Bengaluru, July 08: As human populations expand and natural habitats shrink, people and animals are increasingly coming into conflict over living space and food.
Over 2,000 people in India were killed by elephants while tigers claimed over 200 lives in the last five years, according to data provided by the government.
This does not include elephants 60 were killed in the last three years and five this year till June 20.
While more than 32,000 animals, including cattle, elephants, lions and leopards, have been killed on railway tracks in the past three years.
And earlier this week, on July 2, a leopard hiding in Dehradun’s Shrinagar Medical College building for two days was shot dead after it attacked a group of forest department personnel struggling to capture it.
Why is this conflict increasing?
There are many reasons human population explosion, shrinking forest cover, poaching, rapid and unplanned urbanisation, which entails electrification penetrating into forest areas, increasing road density, destruction of natural animal corridors, agricultural expansion and cultivation up to forest boundaries.
Wildlife activist Ajay Dubey blames rampant urbanisation by humans who are encroaching into forest areas, the wild animals natural habitat.
Our development ventures are adversely affecting the green cover thereby disturbing the natural ecological balance, Dubey said.
Lack of grass cover results in decreasing number of herbivores, which means a decrease in the prey base of these wild animals, he added.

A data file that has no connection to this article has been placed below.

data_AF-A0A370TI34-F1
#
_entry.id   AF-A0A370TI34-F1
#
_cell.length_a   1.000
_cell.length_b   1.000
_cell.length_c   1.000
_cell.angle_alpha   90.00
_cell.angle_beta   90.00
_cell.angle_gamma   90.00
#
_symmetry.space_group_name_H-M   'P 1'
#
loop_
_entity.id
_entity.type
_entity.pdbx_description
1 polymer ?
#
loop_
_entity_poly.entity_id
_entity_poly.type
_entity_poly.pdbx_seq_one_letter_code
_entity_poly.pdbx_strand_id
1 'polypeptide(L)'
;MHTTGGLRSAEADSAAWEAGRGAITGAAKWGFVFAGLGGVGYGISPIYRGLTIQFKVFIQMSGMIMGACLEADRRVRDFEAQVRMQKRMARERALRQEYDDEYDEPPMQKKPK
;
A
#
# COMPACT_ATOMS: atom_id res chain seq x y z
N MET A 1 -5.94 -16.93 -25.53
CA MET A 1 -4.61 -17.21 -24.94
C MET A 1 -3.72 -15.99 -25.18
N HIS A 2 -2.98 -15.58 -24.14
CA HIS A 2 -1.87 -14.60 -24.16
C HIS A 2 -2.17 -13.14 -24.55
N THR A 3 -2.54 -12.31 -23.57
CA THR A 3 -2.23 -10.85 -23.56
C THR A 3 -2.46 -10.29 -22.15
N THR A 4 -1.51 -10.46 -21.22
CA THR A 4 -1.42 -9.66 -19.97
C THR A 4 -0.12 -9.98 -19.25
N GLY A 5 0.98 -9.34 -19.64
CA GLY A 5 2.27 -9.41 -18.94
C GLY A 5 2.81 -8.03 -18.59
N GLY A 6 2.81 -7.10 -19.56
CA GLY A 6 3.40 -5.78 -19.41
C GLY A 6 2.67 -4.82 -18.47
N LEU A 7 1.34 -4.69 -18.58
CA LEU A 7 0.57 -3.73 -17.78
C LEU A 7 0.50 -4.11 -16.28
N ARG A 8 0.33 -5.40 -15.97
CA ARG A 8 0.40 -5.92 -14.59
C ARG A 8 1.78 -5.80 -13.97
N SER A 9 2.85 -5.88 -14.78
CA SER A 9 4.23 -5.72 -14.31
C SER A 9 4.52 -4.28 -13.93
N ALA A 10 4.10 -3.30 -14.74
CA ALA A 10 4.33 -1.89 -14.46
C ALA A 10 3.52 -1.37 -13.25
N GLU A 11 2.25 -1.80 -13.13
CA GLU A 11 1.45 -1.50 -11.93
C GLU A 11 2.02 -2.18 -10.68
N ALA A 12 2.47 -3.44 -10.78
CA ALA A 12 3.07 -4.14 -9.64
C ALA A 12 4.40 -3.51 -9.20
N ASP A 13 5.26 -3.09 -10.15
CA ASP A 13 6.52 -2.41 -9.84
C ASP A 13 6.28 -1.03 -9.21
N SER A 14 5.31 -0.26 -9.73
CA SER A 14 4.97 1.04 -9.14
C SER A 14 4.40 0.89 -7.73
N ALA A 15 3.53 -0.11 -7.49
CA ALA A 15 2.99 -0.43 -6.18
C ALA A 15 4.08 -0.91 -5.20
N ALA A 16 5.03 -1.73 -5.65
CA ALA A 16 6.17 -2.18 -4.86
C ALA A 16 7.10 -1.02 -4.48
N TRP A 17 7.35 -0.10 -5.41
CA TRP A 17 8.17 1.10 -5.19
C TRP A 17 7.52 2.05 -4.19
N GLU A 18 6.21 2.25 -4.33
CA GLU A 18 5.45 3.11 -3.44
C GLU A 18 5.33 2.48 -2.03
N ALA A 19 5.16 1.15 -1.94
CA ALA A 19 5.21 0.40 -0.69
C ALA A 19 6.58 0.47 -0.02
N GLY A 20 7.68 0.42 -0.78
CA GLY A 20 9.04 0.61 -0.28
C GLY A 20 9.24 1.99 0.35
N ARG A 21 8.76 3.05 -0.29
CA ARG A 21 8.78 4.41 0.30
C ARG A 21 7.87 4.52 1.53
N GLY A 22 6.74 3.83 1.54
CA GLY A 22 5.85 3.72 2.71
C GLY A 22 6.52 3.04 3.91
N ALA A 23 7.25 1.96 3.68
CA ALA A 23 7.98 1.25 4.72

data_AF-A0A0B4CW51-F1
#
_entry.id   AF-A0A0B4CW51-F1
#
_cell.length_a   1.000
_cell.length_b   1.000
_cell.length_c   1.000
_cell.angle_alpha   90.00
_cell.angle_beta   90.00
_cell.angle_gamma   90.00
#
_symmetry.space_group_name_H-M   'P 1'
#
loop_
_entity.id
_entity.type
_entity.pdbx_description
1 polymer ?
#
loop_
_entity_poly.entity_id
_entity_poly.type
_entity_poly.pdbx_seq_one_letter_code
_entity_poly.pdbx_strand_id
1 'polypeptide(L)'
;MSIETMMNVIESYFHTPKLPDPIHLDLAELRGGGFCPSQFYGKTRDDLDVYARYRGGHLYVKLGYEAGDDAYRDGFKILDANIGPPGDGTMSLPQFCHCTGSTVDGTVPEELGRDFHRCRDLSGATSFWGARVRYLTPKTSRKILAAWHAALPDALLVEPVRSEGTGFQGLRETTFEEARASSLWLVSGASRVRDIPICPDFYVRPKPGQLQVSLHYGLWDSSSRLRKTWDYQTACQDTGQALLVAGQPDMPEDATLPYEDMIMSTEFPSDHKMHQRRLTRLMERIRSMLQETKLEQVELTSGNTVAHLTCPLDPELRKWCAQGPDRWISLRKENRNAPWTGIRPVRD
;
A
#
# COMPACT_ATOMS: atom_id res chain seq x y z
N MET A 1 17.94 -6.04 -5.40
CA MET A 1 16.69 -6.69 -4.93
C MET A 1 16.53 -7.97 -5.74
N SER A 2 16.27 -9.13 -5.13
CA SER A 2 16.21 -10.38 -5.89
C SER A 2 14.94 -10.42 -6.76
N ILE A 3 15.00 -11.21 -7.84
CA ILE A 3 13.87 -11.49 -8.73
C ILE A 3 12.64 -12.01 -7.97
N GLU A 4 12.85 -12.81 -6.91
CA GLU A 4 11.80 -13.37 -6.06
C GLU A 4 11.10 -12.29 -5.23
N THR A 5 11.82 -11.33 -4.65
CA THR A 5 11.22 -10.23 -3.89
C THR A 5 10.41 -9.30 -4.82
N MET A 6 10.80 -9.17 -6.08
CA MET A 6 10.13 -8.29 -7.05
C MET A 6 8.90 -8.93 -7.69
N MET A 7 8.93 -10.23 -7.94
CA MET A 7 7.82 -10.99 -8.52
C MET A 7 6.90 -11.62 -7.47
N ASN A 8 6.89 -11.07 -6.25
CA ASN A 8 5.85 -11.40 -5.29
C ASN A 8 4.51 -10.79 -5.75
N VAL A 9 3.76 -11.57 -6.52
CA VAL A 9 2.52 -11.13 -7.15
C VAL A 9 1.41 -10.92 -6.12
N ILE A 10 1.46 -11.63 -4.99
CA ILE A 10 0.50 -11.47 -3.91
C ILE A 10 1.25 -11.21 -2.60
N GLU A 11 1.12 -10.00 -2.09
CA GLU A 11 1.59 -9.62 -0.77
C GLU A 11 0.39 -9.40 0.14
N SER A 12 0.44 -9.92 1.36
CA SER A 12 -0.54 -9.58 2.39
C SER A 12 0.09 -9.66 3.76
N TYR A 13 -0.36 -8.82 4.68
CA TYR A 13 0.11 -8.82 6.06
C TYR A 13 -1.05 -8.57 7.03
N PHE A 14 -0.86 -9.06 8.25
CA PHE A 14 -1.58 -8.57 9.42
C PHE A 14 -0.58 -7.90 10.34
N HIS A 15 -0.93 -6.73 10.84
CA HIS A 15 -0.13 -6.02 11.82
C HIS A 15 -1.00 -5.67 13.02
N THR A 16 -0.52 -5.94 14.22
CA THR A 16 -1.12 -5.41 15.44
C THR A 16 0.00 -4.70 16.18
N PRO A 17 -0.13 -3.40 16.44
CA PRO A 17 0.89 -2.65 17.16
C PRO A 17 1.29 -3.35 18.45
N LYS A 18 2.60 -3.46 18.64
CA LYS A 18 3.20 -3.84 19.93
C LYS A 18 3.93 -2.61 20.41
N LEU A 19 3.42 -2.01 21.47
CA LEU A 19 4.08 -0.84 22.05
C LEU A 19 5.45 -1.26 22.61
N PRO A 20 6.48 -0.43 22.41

According to data by Wildlife Protection Society of India (WPSI), at least 500 leopards were either killed or died of other reasons in 2018.
Just because they (animals) cannot speak does not mean they don’t have rights. It is because of our urbanisation that they are losing on their natural habitats. We are the ones encroaching, Dubey said.
The burgeoning human population has put pressure on wild habitat. This leads to conflict and unfortunately death on both sides. With training in dealing with these situations we can try and reduce mortality but in most cases fear leads to extreme reactions, she told PTI.
Nath said the primary step towards coexistence is sensitisation.
People need to learn to make way for the animal. Remove children from the vicinity. Ensure pets are indoors. Wild animals must be encouraged to pass through and not harassed or tormented. People must not mob them to get photographs. No stone throwing, no hitting with sticks, she said.
The government has come up with some policies to grapple with the problem: The compensation for human deaths has been increased from Rs 2.5 lakh to Rs 5 lakh; Project Elephant and National Tiger Conservation Authority (NTCA) guidelines have been issued to mitigate the conflict; and immune-contraception has been introduced in order to control the population of nilgai, monkeys and wild boars.